ISO 13485 – Medical devices
Safety and quality are non-negotiables in the medical devices industry. Regulatory requirements are increasingly stringent throughout every step of a product’s life cycle, including service and delivery. More and more, organizations in the industry are expected to demonstrate their quality management processes and ensure best practice in everything they do.
ISO 13485, Medical devices – Quality management systems – Requirements for regulatory purposes, is an internationally agreed standard that sets out the requirements for a quality management system specific to the medical devices industry. It has recently been revised, with the new version published in March 2016.
What is a medical device?
A medical device is a product, such as an instrument, machine, implant or in vitro reagent, that is intended for use in the diagnosis, prevention and treatment of diseases or other medical conditions.
Who is ISO 13485 for?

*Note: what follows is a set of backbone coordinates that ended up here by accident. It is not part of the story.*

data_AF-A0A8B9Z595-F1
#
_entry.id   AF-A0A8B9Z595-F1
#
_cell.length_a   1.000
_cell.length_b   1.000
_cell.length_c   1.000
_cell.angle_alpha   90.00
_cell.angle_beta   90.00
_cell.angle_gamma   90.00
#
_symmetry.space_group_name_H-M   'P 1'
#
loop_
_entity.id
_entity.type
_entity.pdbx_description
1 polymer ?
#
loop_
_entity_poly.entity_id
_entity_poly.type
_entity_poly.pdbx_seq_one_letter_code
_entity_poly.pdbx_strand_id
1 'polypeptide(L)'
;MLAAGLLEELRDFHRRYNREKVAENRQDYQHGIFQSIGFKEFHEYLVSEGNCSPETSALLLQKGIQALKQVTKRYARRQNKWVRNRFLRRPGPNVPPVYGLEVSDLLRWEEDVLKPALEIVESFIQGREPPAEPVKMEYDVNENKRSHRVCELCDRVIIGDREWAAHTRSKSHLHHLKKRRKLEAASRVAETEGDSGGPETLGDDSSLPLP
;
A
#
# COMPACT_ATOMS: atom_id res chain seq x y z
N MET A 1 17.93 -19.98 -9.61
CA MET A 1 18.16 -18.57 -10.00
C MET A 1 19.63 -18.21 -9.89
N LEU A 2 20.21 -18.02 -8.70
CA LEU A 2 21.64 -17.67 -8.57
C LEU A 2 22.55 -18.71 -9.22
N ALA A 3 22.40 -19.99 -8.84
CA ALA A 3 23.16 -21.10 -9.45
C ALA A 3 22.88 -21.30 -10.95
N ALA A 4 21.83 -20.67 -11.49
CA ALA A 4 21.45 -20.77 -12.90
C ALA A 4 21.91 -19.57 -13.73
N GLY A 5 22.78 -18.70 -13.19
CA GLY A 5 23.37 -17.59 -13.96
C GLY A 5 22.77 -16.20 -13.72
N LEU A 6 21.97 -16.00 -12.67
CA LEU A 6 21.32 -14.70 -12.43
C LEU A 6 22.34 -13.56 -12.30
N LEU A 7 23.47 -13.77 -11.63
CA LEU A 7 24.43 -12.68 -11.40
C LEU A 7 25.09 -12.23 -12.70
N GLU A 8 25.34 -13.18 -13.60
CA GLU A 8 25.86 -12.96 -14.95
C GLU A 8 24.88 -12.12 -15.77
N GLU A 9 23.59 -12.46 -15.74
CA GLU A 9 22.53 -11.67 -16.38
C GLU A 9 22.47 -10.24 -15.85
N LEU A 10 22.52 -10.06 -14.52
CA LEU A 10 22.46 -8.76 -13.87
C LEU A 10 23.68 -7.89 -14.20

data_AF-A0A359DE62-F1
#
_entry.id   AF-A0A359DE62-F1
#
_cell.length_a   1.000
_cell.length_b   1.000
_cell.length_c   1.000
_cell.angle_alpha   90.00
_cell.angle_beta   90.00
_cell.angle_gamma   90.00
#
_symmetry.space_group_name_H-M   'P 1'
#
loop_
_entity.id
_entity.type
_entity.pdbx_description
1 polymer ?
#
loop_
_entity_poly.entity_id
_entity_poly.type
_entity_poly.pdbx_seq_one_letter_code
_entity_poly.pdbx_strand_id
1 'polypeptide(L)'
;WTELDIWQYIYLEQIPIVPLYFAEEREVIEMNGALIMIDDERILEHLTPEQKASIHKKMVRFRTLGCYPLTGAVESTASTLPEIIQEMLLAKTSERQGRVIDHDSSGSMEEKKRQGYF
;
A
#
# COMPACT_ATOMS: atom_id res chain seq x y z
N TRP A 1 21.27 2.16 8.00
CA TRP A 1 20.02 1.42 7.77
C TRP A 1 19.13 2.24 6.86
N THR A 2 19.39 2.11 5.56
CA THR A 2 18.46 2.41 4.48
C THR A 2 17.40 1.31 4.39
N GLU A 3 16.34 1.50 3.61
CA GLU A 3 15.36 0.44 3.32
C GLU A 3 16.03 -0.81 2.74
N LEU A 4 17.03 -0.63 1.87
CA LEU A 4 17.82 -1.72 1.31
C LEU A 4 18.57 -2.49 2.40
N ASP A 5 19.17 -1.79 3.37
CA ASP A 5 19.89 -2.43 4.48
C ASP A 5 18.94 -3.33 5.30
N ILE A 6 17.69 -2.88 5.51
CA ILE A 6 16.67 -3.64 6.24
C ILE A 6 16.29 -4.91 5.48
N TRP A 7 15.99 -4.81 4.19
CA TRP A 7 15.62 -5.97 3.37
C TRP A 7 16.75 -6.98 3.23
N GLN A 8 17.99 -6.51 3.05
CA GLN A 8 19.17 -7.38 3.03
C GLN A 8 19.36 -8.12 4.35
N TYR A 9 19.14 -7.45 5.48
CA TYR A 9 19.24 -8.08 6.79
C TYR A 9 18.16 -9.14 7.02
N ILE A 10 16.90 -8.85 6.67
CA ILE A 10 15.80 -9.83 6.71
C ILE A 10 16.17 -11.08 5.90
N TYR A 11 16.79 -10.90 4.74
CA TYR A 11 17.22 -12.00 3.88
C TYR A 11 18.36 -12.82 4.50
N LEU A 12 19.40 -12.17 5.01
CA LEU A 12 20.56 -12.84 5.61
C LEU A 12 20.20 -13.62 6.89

ISO 13485 is designed to be used by organizations involved in the design, production, installation and servicing of medical devices and related services. It can also be used by internal and external parties, such as certification bodies, to help them with their auditing processes.
Certification to ISO 13485
Like other ISO management system standards, certification to ISO 13485 is not a requirement of the standard, and organizations can reap many benefits from implementing the standard without undergoing the certification process. However, third-party certification can demonstrate to regulators that you have met the requirements of the standard. ISO does not perform certification.
Read more about certification to ISO’s management system standards.
Why was ISO 13485 revised?
All ISO standards are reviewed every five years to establish if a revision is required in order to keep it current and relevant for the marketplace. ISO 13485:2016 is designed to respond to latest quality management system practices, including changes in technology and regulatory requirements and expectations.
What are the key improvements?
The new version has a greater emphasis on risk management and risk-based decision making, as well as changes related to the increased regulatory requirements for organizations in the supply chain.